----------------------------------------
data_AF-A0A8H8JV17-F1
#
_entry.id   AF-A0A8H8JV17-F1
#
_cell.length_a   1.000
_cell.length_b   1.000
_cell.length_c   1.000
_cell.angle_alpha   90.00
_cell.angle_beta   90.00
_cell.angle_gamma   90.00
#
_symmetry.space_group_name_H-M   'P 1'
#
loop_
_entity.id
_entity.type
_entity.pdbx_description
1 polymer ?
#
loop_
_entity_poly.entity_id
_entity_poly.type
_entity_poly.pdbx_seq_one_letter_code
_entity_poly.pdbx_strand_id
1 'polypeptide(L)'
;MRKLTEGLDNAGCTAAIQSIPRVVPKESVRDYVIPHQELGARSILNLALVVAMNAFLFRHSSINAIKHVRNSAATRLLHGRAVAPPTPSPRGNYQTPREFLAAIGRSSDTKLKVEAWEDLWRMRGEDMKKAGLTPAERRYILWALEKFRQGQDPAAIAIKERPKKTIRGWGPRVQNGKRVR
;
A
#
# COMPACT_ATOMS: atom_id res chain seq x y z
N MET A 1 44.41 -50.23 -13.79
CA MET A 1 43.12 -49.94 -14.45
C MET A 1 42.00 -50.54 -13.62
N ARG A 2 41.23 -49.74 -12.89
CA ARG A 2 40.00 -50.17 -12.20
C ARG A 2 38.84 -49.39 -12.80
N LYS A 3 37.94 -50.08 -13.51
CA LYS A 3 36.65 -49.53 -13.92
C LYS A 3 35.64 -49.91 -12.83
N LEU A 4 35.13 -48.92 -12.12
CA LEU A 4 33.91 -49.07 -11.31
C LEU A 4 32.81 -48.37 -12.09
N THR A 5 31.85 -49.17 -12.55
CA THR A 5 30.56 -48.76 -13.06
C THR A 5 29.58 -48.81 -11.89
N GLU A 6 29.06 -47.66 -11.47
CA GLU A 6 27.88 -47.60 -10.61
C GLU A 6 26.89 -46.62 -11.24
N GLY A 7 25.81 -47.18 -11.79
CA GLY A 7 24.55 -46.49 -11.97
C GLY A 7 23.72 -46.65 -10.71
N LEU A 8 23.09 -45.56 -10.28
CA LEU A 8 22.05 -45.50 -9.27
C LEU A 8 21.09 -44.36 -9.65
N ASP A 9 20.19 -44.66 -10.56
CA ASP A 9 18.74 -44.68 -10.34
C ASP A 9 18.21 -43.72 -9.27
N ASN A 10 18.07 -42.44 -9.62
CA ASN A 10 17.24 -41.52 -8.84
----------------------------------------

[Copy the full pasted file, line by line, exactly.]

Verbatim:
data_AF-A0A8H8JV17-F1
#
_entry.id   AF-A0A8H8JV17-F1
#
_cell.length_a   1.000
_cell.length_b   1.000
_cell.length_c   1.000
_cell.angle_alpha   90.00
_cell.angle_beta   90.00
_cell.angle_gamma   90.00
#
_symmetry.space_group_name_H-M   'P 1'
#
loop_
_entity.id
_entity.type
_entity.pdbx_description
1 polymer ?
#
loop_
_entity_poly.entity_id
_entity_poly.type
_entity_poly.pdbx_seq_one_letter_code
_entity_poly.pdbx_strand_id
1 'polypeptide(L)'
;MRKLTEGLDNAGCTAAIQSIPRVVPKESVRDYVIPHQELGARSILNLALVVAMNAFLFRHSSINAIKHVRNSAATRLLHGRAVAPPTPSPRGNYQTPREFLAAIGRSSDTKLKVEAWEDLWRMRGEDMKKAGLTPAERRYILWALEKFRQGQDPAAIAIKERPKKTIRGWGPRVQNGKRVR
;
A
#
# COMPACT_ATOMS: atom_id res chain seq x y z
N MET A 1 44.41 -50.23 -13.79
CA MET A 1 43.12 -49.94 -14.45
C MET A 1 42.00 -50.54 -13.62
N ARG A 2 41.23 -49.74 -12.89
CA ARG A 2 40.00 -50.17 -12.20
C ARG A 2 38.84 -49.39 -12.80
N LYS A 3 37.94 -50.08 -13.51
CA LYS A 3 36.65 -49.53 -13.92
C LYS A 3 35.64 -49.91 -12.83
N LEU A 4 35.13 -48.92 -12.12
CA LEU A 4 33.91 -49.07 -11.31
C LEU A 4 32.81 -48.37 -12.09
N THR A 5 31.85 -49.17 -12.55
CA THR A 5 30.56 -48.76 -13.06
C THR A 5 29.58 -48.81 -11.89
N GLU A 6 29.06 -47.66 -11.47
CA GLU A 6 27.88 -47.60 -10.61
C GLU A 6 26.89 -46.62 -11.24
N GLY A 7 25.81 -47.18 -11.79
CA GLY A 7 24.55 -46.49 -11.97
C GLY A 7 23.72 -46.65 -10.71
N LEU A 8 23.09 -45.56 -10.28
CA LEU A 8 22.05 -45.50 -9.27
C LEU A 8 21.09 -44.36 -9.65
N ASP A 9 20.19 -44.66 -10.56
CA ASP A 9 18.74 -44.68 -10.34
C ASP A 9 18.21 -43.72 -9.27
N ASN A 10 18.07 -42.44 -9.62
CA ASN A 10 17.24 -41.52 -8.84